Facebook’s global union-busting campaign hits Germany – suspending moderator and trade unionist after he gives evidence to the Bundestag

Union-busting by Facebook’s outsourcing companies has hit a new low.

Two weeks ago, brave content moderator Cengiz Haksöz gave evidence to the German parliament, the Bundestag, about the dire working conditions at Facebook’s moderation office in Essen.

In response, outsourcing company Telus suspended him indefinitely and barred him from entering the office. 

Cengiz’s suspension reeks of Big Tech’s contempt for democracy and the rule of law. Once again, through an outsourcing proxy company, Facebook is trampling on the freedom of speech and human rights of their key safety workers. Cengiz has the right to speak to elected officials about his working conditions under German law. 

It’s also an assault on democracy, challenging the right of workers to speak without fear to lawmakers about the state of the work in Germany.

Not only that, but Cengiz is the chair of the works council election committee at the Essen Facebook content moderation office, with a workforce of around 1,800. By banning Cengiz from entering the office, Facebook and Telus are unlawfully blocking lawful trade union organisation by these workers.

The timing is likely not a coincidence, as Cengiz was due to supervise the first full election to the works council board at the Telus office. 

As chair of the council’s electoral board, Cengiz has a statutory duty to oversee the election. By preventing him from entering the office, Telus and Facebook are illegally blocking the creation of a vital body for workers to organise – as is their right under German and European law.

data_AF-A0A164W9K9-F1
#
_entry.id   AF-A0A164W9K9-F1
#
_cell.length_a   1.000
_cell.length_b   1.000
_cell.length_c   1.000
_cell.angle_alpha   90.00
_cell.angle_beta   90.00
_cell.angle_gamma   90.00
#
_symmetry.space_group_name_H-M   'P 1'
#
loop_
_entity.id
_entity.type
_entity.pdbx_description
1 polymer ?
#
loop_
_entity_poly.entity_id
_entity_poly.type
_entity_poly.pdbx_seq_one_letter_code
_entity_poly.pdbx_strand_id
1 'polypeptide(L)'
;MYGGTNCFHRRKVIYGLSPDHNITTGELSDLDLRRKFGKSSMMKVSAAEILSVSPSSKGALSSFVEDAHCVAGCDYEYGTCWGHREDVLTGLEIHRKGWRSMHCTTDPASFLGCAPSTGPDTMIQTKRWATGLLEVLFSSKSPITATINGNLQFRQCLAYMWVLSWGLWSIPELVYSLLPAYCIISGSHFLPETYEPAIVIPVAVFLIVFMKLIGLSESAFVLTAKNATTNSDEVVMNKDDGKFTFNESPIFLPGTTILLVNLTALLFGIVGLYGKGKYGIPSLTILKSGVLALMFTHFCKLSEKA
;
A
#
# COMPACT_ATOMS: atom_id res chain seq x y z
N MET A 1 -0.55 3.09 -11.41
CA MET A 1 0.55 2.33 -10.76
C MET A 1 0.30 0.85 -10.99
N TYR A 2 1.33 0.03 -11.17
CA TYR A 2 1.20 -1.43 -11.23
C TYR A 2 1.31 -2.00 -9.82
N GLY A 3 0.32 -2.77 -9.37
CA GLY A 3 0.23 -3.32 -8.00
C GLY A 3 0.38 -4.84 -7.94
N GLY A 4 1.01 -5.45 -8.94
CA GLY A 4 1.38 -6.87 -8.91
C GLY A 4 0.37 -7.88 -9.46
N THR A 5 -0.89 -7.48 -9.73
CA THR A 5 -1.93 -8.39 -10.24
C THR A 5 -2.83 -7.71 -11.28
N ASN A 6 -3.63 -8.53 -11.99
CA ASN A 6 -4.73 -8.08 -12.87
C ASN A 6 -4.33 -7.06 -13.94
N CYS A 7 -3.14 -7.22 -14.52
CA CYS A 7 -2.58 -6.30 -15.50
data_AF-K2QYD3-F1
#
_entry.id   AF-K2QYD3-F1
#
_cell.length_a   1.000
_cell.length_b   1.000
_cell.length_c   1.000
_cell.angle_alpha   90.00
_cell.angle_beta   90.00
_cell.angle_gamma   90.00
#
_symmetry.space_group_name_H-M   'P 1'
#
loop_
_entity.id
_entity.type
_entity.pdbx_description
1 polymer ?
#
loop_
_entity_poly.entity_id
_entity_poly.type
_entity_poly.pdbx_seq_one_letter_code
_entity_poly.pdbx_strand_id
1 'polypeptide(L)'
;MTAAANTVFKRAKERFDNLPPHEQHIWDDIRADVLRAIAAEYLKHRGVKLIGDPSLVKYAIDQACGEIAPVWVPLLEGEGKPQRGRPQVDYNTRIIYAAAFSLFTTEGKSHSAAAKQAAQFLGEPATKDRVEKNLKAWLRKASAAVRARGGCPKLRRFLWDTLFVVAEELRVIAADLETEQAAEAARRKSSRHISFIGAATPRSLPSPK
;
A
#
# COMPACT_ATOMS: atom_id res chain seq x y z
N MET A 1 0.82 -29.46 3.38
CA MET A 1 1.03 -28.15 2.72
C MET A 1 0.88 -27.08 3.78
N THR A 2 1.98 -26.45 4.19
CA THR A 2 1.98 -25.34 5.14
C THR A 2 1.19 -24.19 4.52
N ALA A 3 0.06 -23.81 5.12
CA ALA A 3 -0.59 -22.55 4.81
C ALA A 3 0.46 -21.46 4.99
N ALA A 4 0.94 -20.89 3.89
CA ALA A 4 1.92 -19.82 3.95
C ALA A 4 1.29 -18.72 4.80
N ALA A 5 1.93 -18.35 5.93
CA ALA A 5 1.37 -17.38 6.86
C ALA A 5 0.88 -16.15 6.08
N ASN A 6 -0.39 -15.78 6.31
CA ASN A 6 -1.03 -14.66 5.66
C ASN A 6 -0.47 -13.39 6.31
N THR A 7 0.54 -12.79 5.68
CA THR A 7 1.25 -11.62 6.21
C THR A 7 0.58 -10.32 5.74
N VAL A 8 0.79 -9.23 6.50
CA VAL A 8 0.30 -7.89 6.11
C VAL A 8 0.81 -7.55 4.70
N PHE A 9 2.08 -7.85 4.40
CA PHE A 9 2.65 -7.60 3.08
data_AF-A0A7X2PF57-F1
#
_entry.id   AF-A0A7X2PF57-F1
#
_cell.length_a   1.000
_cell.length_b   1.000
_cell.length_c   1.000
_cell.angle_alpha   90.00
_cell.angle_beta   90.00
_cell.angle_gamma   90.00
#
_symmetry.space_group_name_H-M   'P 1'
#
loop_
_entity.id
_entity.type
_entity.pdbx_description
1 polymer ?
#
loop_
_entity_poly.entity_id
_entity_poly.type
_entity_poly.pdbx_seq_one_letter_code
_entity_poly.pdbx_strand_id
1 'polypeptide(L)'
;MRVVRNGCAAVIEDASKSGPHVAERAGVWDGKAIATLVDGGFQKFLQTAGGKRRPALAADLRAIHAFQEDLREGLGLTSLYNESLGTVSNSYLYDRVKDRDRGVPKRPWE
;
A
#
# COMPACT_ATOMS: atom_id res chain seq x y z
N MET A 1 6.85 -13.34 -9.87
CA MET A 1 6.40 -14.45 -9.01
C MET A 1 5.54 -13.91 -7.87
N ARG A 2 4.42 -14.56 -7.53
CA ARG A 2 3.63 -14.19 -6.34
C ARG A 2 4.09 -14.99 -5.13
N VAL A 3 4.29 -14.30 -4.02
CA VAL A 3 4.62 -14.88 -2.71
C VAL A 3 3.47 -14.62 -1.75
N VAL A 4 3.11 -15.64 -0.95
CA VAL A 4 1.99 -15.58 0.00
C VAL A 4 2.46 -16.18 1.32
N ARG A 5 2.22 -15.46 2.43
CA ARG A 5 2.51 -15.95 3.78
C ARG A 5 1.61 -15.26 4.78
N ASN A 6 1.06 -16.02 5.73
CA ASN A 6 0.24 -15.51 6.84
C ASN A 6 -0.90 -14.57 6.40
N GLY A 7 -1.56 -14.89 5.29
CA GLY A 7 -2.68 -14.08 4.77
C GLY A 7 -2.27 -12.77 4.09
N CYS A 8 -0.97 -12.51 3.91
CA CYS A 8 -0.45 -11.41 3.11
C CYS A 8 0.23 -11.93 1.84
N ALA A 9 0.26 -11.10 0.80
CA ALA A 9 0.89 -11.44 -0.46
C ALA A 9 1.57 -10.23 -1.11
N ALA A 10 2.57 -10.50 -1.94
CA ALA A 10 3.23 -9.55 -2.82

Facebook’s attack on Cengiz fits into a shameful pattern of union-busting we’ve seen from them – and their outsourcing companies – around the globe in response to workers exercising their right to collectively organise and fight for better conditions. 

In Kenya, Facebook has repeatedly stamped on workers’ attempts to organise, culminating in the unlawful mass layoff of its entire content moderation office for East and Southern Africa, a region of around 500m people. 

However, just as in Kenya, workers in Germany are fighting back. A Kenyan judge ruled recently that Facebook is the “true employer” of its moderators – and legally responsible for the unlawful mass layoff.

In Germany, the trade union ver.di, of which Cengiz is a member, has launched legal action to force Facebook and Telus to drop the suspension. Foxglove, and our amazing partners SUPERRR Lab, fully support this action and urge Facebook and Telus to end this outrageous union-busting operation immediately – and make a full apology to Cengiz. 

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